The least valuable player of every NFL team in 2015

League to Investigate Manning-HGH Allegations


By WILL LAWS
PointAfter

Every year, the NFL's 32 teams hold a fancy end-of-season banquet to gather all their players one last time as a collective unit. Food is eaten, drinks are consumed and awards are handed out to commemorate special individual performances. The most coveted of these awards is the team's Most Valuable Player award.

Of course, there's no recognition for players on the other end of the spectrum. Who wants to be given a trophy for being a team's Least Valuable Player, even if it's all in good fun? Certainly not professional football players, who tend to be a prideful bunch.

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And why shouldn't they be? NFL players work extraordinarily hard to ascend to the summit of their sport. Still, that doesn't mean the guys who don't carry their weight are excused from public criticism.

PointAfter wanted to explore the concept of identifying every NFL team's Least Valuable Player. While a team's MVP can readily be identified by most casual observers, choosing a deserving LVP requires quite a bit more research.

For this exercise, PointAfter has emphasized players who received plenty of playing time in 2015 and actively made their teams worse as a result. In some cases, bloated salaries accentuated how poorly someone played, since the club would have been better served using their salary to shore up other weaknesses on the roster.

Players are ranked in reverse order of their season grades from Pro Football Focus (subscription required), a trusted player evaluation site used by NFL teams. We'll count down to the lowest-graded player on the list.

Notes: All salary data is courtesy of Spotrac. "Qualified" players were on the field for at least 25 percent of their unit's snaps.

#32. Chicago Bears: Eddie Royal

PFF grade (position rank): -50.6 (40th)
2015 salary cap hit: $825,000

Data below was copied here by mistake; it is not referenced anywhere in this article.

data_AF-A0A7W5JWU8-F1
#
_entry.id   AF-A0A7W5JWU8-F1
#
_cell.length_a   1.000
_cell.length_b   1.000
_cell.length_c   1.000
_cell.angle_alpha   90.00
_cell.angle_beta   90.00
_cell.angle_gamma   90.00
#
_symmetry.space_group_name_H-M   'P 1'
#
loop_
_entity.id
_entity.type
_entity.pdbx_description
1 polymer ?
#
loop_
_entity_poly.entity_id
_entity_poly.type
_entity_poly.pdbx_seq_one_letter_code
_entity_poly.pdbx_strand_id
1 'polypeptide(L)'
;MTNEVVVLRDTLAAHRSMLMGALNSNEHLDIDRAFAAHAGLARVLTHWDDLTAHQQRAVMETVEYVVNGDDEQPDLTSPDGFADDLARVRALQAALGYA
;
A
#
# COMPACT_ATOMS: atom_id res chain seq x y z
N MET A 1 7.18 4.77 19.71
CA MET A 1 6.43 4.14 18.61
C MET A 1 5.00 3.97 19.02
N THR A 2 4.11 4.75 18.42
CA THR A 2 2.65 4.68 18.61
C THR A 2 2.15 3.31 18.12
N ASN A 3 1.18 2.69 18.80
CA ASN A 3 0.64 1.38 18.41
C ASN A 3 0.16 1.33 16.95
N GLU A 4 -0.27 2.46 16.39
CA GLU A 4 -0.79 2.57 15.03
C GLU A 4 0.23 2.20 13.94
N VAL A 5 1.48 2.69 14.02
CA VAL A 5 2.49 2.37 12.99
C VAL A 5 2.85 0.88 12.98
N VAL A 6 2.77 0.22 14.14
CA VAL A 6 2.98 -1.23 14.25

The center position was cursed with injury for the Chargers in 2014, as San Diego became the first team since the AFL-NFL merger to start five players at the position. Robinson was the last player to take over at the position then, and was pressed into duty again this season after Chris Watt fell victim to the injury bug in Week 3.

Robinson stayed healthy for the rest of 2015, but that didn't exactly help the Chargers. He graded out negatively in PFF's system during all of San Diego's games, giving up a position-high eight sacks, the most by any center since 2008. PFF also anointed him as the second-worst run blocker at his position.

Truthfully, the entire Chargers team was an injury-plagued mess once again. Only one player — right tackle Joe Barksdale — graded out positively on the season, and he was still ranked as the league's 30th-best tackle. Meanwhile, three of San Diego's guards ranked among the bottom 15 of the NFL's 82 qualified guards.

Melvin Gordon was basically hung out to dry during his rookie season. Though his average of 3.5 yards per carry was dreadful, he elicited 34 missed tackles, a top-10 mark in the NFL. If the Chargers are going to contend anytime soon, they'll need to find some linemen who can stay healthy and productive. Otherwise, the waning years of Philip Rivers' prime will be wasted.

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